I'm not sure what to say about this week. It's been very stressful;
things appear to have worked out ok, most if not all of the stress-causing
things are gone, but my self-confidence (what little there was of it) is
more-or-less completely gone. I just don't know. Something like that.
Well, let's go for the really good stuff first: Colleen and I are now
covered by Medicare part D (drugs) and a supplemental (medigap) policy.
They're with ExpressScripts and Premera Blue Cross, which is what we had
with Amazon, so the transition appears to have been smooth. Whew!
Now the -- damned if I know. Last Sunday Naomi and I went car-shopping,
and bought a red Chevy Bolt. Beautiful car; lots of great safety features.
Electric. Expensive. The cargo area holds Colleen's scooter, though just
Wednesday I went down to REI, which is the closest place with a DC Fast
Charge station that I can use, and discovered that the car we'd bought
didn't have that feature. It turned out to be an option.
Driving up to the dealership I spent the entire trip berating myself over
not checking. It took most of the rest of the afternoon, but they were
able to find a (blue) Bolt with equivalent features, plus DCFC, and do a
swap. It was very stressful; they'd originally found me a white
one, but white isn't visible in fog, and here we are in Seattle. So, ...
It's hard for me to say enough good things about Bill Pierre Chevrolet, on
Lake City Way. Saying they went well out of their way to accommodate our
requirements would be a massive understatement. They, and their Ford
dealership next door, are highly recommended.
So now we have a blue Bolt, which we have named Molly. (Puns involving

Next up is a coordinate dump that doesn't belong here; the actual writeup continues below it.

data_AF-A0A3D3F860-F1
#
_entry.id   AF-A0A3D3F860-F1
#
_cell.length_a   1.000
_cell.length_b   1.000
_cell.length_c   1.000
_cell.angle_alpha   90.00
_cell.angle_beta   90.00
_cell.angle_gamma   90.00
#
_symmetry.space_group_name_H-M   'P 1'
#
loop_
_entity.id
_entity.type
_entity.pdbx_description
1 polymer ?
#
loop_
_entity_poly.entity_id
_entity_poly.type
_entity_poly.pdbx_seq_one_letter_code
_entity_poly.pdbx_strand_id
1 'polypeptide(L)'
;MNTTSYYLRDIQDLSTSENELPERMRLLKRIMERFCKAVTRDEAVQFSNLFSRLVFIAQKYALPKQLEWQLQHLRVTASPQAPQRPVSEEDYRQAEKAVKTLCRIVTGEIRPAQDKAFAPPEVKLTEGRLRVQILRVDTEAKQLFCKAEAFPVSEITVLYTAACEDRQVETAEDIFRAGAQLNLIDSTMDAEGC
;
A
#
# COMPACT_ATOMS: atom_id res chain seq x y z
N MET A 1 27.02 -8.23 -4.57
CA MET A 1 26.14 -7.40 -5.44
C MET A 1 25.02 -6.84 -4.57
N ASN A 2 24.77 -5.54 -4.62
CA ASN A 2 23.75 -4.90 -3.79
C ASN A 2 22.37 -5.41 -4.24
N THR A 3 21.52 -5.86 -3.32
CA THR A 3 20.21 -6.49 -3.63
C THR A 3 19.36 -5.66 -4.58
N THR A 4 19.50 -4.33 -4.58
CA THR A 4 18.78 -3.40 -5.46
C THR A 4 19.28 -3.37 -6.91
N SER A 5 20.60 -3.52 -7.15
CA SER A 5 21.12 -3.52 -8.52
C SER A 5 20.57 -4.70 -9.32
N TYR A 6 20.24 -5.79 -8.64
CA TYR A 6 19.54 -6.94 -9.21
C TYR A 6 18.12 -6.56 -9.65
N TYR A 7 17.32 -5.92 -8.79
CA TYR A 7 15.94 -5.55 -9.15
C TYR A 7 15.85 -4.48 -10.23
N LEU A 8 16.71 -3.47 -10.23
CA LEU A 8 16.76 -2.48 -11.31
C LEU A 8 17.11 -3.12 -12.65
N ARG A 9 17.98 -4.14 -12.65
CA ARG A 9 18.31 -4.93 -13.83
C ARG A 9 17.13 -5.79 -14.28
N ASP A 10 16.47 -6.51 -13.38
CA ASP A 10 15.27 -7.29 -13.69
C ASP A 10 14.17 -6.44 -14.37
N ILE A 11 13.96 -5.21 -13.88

drywall anchors are not appreciated -- Molly ius a little sensitive
on that point.) She's a wonderful car.
There are a couple of hopefully minor problems. The main one is
that there aren't nearly as many fast charging stations as we thought
there would be. I don't think that it would be possible to drive
cross-country, for example. Maybe to San Jose, but it would take
very careful planning. Another is the cargo space - we couldn't drive to
an airport or a convention in it (which is ok; we still have a van).
Another is the cost -- I've never spent that much on a car before. (In
absolute terms. I still vividly remember when we bought our
first minivan, a Mercury Villager, and paid more for it than we'd
paid for our house a decade before.)
But the biggest problem isn't with the car, it's with me. It's mostly
after I make a big, expensive decision like that that I start
second-guessing myself, and wondering whether I'd made a huge mistake. It
was really Wednesday (see above) that started that process. It combines
with the problems I'd had last week and all through May with our
health care, which I made worse by not realizing that when Amazon told me
they'd continue my health care, what they meant was that they'd
subsidize my COBRA benefits. Ricoh hadn't done it that way;
I'd made some wrong assumptions, and my HR person at Amazon simply hadn't
gotten back to me at all about it.
Hmm - both of those problems have been due to things people didn't
tell me. Unfortunately, that doesn't help me feel that they're any
less my fault. I think I'm supposed to think of everything. One
reason I'm comfortable around computers is that if I don't think
of everything, the computer will tell me (by doing what I told it to do,
not what I expected it to do) and I can fix it. Real-world stuff
terrifies me because I can't go back and fix most of it. But if I try to
think of everything before hand, I never actually go out and do
it. Can't win. (Can't break even. Can't leave the game. Laws of
Thermodynamics in words of mostly one syllable.)
"I can't fix it!" is something I end up saying all too often.
( Notes & links, as usual )